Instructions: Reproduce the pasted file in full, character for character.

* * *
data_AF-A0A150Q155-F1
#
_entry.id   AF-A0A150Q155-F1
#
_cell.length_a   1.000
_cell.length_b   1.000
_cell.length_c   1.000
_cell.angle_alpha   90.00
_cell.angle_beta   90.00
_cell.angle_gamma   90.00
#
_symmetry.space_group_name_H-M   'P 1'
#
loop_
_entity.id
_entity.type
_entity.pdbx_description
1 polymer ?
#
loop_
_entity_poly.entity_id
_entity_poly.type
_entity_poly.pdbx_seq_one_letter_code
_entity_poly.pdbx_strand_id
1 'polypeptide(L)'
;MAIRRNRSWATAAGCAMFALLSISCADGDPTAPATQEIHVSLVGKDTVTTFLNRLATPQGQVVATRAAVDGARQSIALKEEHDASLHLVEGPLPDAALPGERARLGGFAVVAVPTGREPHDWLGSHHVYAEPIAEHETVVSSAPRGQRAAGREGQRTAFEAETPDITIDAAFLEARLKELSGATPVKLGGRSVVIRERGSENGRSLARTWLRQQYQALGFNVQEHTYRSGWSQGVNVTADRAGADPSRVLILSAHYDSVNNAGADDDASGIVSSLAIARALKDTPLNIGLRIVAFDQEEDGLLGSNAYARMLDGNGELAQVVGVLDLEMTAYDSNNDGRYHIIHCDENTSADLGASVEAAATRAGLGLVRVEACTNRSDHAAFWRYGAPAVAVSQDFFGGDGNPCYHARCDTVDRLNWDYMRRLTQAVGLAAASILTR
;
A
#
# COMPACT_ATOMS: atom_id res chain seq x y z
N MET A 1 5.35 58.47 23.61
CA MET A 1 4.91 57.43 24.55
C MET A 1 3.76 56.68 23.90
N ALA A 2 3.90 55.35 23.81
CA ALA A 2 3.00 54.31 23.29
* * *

data_AF-A0A150Q155-F1
#
_entry.id   AF-A0A150Q155-F1
#
_cell.length_a   1.000
_cell.length_b   1.000
_cell.length_c   1.000
_cell.angle_alpha   90.00
_cell.angle_beta   90.00
_cell.angle_gamma   90.00
#
_symmetry.space_group_name_H-M   'P 1'
#
loop_
_entity.id
_entity.type
_entity.pdbx_description
1 polymer ?
#
loop_
_entity_poly.entity_id
_entity_poly.type
_entity_poly.pdbx_seq_one_letter_code
_entity_poly.pdbx_strand_id
1 'polypeptide(L)'
;MAIRRNRSWATAAGCAMFALLSISCADGDPTAPATQEIHVSLVGKDTVTTFLNRLATPQGQVVATRAAVDGARQSIALKEEHDASLHLVEGPLPDAALPGERARLGGFAVVAVPTGREPHDWLGSHHVYAEPIAEHETVVSSAPRGQRAAGREGQRTAFEAETPDITIDAAFLEARLKELSGATPVKLGGRSVVIRERGSENGRSLARTWLRQQYQALGFNVQEHTYRSGWSQGVNVTADRAGADPSRVLILSAHYDSVNNAGADDDASGIVSSLAIARALKDTPLNIGLRIVAFDQEEDGLLGSNAYARMLDGNGELAQVVGVLDLEMTAYDSNNDGRYHIIHCDENTSADLGASVEAAATRAGLGLVRVEACTNRSDHAAFWRYGAPAVAVSQDFFGGDGNPCYHARCDTVDRLNWDYMRRLTQAVGLAAASILTR
;
A
#
# COMPACT_ATOMS: atom_id res chain seq x y z
N MET A 1 5.35 58.47 23.61
CA MET A 1 4.91 57.43 24.55
C MET A 1 3.76 56.68 23.90
N ALA A 2 3.90 55.35 23.81
CA ALA A 2 3.00 54.31 23.29